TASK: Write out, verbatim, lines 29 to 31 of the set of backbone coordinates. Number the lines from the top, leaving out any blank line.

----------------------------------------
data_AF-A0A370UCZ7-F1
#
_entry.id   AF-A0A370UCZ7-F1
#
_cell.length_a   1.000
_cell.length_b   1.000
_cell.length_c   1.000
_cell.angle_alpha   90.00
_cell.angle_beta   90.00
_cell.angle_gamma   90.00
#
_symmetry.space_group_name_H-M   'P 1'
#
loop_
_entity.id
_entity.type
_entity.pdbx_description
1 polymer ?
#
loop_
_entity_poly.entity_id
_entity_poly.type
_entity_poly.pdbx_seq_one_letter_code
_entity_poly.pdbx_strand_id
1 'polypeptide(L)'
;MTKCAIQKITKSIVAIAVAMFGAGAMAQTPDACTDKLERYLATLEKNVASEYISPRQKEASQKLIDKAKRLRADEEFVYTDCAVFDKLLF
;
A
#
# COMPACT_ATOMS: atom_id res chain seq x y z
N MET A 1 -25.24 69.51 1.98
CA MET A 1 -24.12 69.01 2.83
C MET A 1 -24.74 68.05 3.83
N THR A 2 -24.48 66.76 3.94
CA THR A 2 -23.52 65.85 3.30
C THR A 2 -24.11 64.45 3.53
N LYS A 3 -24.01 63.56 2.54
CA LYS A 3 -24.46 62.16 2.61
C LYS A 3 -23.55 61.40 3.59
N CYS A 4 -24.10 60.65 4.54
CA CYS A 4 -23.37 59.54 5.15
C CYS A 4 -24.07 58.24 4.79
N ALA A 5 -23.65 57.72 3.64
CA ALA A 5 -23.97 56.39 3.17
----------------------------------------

#
# COMPACT_ATOMS: atom_id res chain seq x y z
N MET A 1 -25.24 69.51 1.98